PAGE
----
Aiming to preserve 30 percent of the world’s land and water by 2030, dozens of countries will take part in a UN biodiversity conference later this year — but Indigenous people won’t have a seat at the table.
Indigenous communities have repeatedly mobilized to block logging, mining and overfishing, with great success. More than a quarter of the world’s lands are managed by Indigenous communities, and studies show that these areas often boast more biodiversity than lands marked out for conservation by national governments. And yet, while Indigenous communities will be able to attend the UN conference as observers, they are not recognized as parties to the biodiversity talks and cannot vote on the outcome, a dynamic that is likely to limit the ambition of the final agreement.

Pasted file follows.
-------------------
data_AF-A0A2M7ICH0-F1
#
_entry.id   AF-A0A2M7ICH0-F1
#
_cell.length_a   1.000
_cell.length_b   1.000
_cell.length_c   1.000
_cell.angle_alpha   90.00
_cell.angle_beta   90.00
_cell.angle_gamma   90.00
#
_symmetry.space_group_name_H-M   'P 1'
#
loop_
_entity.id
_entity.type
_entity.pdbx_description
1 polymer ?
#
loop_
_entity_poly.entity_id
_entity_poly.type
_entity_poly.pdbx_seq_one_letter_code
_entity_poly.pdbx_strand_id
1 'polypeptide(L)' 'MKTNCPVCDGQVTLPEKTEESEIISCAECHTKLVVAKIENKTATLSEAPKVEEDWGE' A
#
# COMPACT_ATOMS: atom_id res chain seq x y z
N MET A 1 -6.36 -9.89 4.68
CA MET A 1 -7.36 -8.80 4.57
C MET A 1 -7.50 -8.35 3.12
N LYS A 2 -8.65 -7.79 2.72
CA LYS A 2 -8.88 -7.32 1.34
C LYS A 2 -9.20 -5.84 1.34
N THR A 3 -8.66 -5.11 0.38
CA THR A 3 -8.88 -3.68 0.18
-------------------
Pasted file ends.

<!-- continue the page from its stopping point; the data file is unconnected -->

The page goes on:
Article courtesy of Nexus Media, a nonprofit climate change news service.